Hawaiian Vodka Makers Powered By Good Old Sunshine

When you open a distillery in sunny Hawaii, it should be quite easy to be able to power some, if not all, of your operations via solar energy. One such distillery is testing this theory, as Ocean Vodka Organic Farm and Craft Distillery, open since April, is laying claim to being 100 percent clean energy driven.

Ocean Vodka said in a news release that its Hawaiian location, a short distance from Maui’s international airport, is about 1,000 feet above sea level. It is situated on 80 acres along the slopes of Mount Haleakalā, so one thinks the distillery might make use of some geothermal energy in addition to solar. There’s no indication they do that however, instead having enough solar panels installed to provide all the power they need for the operations of distilling and bottling.

image via Ocean Vodka

image via Ocean Vodka

Other sustainable practices besides clean energy are put into play by the folks at Ocean Vodka. These include organic farming and hand harvesting of nearby sugar cane, which is what the vodka is distilled from; green manufacturing processes at its bottling facility that result in bottles made from 60 percent recycled glass that are decorated using organic based inks and support for raising awareness of ocean conservation.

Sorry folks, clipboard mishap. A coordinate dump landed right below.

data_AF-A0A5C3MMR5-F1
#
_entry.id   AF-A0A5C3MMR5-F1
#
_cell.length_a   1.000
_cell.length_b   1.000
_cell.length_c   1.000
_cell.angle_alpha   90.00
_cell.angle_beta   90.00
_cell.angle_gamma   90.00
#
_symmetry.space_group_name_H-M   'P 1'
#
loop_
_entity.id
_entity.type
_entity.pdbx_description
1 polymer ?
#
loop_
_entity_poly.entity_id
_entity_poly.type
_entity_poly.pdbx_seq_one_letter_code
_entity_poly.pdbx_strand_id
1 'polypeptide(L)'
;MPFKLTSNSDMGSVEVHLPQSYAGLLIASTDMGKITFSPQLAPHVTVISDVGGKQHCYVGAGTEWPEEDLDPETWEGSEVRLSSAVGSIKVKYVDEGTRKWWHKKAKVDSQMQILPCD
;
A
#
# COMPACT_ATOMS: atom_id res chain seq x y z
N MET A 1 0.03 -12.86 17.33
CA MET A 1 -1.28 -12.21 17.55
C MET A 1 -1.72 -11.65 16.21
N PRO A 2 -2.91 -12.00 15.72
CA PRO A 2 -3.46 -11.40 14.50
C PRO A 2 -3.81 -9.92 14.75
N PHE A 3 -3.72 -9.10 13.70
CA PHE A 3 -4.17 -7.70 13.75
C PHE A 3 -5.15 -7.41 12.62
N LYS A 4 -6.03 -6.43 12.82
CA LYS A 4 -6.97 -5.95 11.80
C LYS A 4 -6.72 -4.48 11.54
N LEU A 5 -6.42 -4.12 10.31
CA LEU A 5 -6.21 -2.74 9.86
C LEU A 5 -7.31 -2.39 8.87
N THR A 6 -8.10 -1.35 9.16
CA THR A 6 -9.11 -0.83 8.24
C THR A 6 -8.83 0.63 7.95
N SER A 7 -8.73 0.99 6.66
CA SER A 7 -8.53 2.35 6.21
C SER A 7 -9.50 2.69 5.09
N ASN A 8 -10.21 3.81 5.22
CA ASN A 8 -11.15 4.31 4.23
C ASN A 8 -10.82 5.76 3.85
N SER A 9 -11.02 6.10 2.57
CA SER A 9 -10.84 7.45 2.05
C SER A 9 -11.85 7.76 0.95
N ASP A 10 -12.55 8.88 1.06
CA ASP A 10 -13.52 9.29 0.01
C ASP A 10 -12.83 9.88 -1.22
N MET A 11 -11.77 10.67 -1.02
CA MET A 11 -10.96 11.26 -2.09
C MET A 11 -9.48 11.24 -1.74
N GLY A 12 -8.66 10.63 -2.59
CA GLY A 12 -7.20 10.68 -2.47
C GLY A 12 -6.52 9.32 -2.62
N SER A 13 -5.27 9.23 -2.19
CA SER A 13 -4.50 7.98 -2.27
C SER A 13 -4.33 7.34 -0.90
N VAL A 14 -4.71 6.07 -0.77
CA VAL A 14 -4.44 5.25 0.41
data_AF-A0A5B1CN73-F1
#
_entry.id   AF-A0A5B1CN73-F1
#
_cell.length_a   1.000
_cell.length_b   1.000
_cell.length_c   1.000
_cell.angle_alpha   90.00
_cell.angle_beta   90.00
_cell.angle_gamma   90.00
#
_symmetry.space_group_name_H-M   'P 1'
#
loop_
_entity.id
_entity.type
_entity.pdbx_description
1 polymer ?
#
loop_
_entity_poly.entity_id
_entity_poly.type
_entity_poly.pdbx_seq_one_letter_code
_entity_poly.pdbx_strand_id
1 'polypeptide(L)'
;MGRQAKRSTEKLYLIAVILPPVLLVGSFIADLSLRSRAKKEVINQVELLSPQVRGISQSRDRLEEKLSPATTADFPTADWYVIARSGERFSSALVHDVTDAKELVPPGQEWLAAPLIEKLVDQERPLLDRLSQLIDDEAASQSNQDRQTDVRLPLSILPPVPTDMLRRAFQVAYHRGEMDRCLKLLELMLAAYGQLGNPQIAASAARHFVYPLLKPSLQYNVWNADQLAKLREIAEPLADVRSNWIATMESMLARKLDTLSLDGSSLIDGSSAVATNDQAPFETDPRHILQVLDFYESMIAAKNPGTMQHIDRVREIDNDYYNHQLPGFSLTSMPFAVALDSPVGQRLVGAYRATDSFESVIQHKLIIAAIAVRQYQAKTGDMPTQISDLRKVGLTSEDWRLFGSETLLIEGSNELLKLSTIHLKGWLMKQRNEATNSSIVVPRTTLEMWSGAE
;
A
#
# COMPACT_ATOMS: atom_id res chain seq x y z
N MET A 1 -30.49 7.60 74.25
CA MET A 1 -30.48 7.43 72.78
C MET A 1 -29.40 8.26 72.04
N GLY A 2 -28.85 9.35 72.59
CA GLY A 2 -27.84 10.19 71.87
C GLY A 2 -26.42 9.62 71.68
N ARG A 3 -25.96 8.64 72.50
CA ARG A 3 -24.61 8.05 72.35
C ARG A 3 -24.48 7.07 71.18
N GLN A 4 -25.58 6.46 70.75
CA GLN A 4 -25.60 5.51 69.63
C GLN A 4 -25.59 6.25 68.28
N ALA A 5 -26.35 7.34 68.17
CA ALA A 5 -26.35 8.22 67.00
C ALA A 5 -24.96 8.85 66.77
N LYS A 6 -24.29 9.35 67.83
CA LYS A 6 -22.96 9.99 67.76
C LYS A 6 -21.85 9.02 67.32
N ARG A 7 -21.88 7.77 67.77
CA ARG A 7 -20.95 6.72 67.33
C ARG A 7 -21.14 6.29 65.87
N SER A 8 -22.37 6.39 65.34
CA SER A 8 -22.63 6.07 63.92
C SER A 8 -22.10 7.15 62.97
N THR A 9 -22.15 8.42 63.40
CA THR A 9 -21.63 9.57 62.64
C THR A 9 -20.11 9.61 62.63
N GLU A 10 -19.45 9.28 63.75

One of the reasons likely for the last sustainability item listed is the fact the distillery sources water for its vodka from 3,000 feet below the big island of Hawaii. The water there is said to be high in mineral content, reportedly giving the spirit its own “unique” flavor. Once it is brought to the surface, it is purified and desalinated through reverse osmosis.

I am the editor-in-chief and founder for EarthTechling. This site is my desire to bring the world of green technology to consumers in a timely and informative matter. Prior to this my previous ventures have included a strong freelance writing career and time spent at Silicon Valley start ups.

    • Bif Skipman

      Their vodka is not distilled from the nearby sugar cane. It is made from sugar cane products shipped to Hawaii.
      Pumping water from the ocean, desalinating it, then shipping it to another island by truck and ocean barge is anything but environmentally sound. The carbon footprint just getting their water must be enormous.
      Their bottles are shipped to Hawaii from Europe. This is kind of necessary since there are no bottle manufacturers close by, but it certainly doesn’t qualify as a laudable sustainable practice.